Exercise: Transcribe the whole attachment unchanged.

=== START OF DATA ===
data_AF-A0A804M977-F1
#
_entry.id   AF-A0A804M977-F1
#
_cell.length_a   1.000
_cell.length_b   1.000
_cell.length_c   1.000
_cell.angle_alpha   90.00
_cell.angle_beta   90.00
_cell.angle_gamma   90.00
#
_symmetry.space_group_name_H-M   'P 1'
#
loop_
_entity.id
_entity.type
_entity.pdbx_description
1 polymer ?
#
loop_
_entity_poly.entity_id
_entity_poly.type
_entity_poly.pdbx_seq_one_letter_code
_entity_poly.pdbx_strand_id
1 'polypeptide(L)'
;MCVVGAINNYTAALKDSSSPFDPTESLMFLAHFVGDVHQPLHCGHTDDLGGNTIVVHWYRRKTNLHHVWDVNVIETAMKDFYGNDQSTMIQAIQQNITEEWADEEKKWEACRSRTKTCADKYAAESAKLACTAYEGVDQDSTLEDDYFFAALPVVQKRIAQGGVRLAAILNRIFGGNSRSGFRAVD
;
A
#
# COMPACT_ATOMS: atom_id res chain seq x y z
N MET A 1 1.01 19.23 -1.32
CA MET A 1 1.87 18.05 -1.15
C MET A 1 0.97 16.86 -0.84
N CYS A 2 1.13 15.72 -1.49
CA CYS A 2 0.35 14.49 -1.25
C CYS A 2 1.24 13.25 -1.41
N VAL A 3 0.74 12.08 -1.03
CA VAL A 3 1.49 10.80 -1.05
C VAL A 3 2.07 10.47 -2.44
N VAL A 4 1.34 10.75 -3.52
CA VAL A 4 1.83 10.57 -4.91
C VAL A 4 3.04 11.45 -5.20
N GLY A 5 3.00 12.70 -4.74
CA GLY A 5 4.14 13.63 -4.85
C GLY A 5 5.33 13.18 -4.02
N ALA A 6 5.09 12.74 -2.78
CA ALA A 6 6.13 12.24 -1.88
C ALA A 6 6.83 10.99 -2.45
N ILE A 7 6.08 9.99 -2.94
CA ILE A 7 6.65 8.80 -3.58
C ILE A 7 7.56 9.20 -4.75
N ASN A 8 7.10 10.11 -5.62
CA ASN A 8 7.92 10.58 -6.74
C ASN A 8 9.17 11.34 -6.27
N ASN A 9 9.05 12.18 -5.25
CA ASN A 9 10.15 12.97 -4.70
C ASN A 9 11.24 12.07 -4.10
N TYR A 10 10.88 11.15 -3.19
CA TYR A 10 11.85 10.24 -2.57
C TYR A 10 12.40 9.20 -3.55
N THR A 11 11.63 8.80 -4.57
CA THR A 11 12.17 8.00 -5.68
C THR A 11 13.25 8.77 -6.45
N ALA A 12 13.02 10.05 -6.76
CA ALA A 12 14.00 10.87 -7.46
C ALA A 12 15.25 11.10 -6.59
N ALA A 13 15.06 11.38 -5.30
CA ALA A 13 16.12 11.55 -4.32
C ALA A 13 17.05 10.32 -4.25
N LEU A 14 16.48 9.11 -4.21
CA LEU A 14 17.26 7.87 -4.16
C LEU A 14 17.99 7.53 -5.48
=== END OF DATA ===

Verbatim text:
data_AF-A0A804M977-F1
#
_entry.id   AF-A0A804M977-F1
#
_cell.length_a   1.000
_cell.length_b   1.000
_cell.length_c   1.000
_cell.angle_alpha   90.00
_cell.angle_beta   90.00
_cell.angle_gamma   90.00
#
_symmetry.space_group_name_H-M   'P 1'
#
loop_
_entity.id
_entity.type
_entity.pdbx_description
1 polymer ?
#
loop_
_entity_poly.entity_id
_entity_poly.type
_entity_poly.pdbx_seq_one_letter_code
_entity_poly.pdbx_strand_id
1 'polypeptide(L)'
;MCVVGAINNYTAALKDSSSPFDPTESLMFLAHFVGDVHQPLHCGHTDDLGGNTIVVHWYRRKTNLHHVWDVNVIETAMKDFYGNDQSTMIQAIQQNITEEWADEEKKWEACRSRTKTCADKYAAESAKLACTAYEGVDQDSTLEDDYFFAALPVVQKRIAQGGVRLAAILNRIFGGNSRSGFRAVD
;
A
#
# COMPACT_ATOMS: atom_id res chain seq x y z
N MET A 1 1.01 19.23 -1.32
CA MET A 1 1.87 18.05 -1.15
C MET A 1 0.97 16.86 -0.84
N CYS A 2 1.13 15.72 -1.49
CA CYS A 2 0.35 14.49 -1.25
C CYS A 2 1.24 13.25 -1.41
N VAL A 3 0.74 12.08 -1.03
CA VAL A 3 1.49 10.80 -1.05
C VAL A 3 2.07 10.47 -2.44
N VAL A 4 1.34 10.75 -3.52
CA VAL A 4 1.83 10.57 -4.91
C VAL A 4 3.04 11.45 -5.20
N GLY A 5 3.00 12.70 -4.74
CA GLY A 5 4.14 13.63 -4.85
C GLY A 5 5.33 13.18 -4.02
N ALA A 6 5.09 12.74 -2.78
CA ALA A 6 6.13 12.24 -1.88
C ALA A 6 6.83 10.99 -2.45
N ILE A 7 6.08 9.99 -2.94
CA ILE A 7 6.65 8.80 -3.58
C ILE A 7 7.56 9.20 -4.75
N ASN A 8 7.10 10.11 -5.62
CA ASN A 8 7.92 10.58 -6.74
C ASN A 8 9.17 11.34 -6.27
N ASN A 9 9.05 12.18 -5.25
CA ASN A 9 10.15 12.97 -4.70
C ASN A 9 11.24 12.07 -4.10
N TYR A 10 10.88 11.15 -3.19
CA TYR A 10 11.85 10.24 -2.57
C TYR A 10 12.40 9.20 -3.55
N THR A 11 11.63 8.80 -4.57
CA THR A 11 12.17 8.00 -5.68
C THR A 11 13.25 8.77 -6.45
N ALA A 12 13.02 10.05 -6.76
CA ALA A 12 14.00 10.87 -7.46
C ALA A 12 15.25 11.10 -6.59
N ALA A 13 15.06 11.38 -5.30
CA ALA A 13 16.12 11.55 -4.32
C ALA A 13 17.05 10.32 -4.25
N LEU A 14 16.48 9.11 -4.21
CA LEU A 14 17.26 7.87 -4.16
C LEU A 14 17.99 7.53 -5.48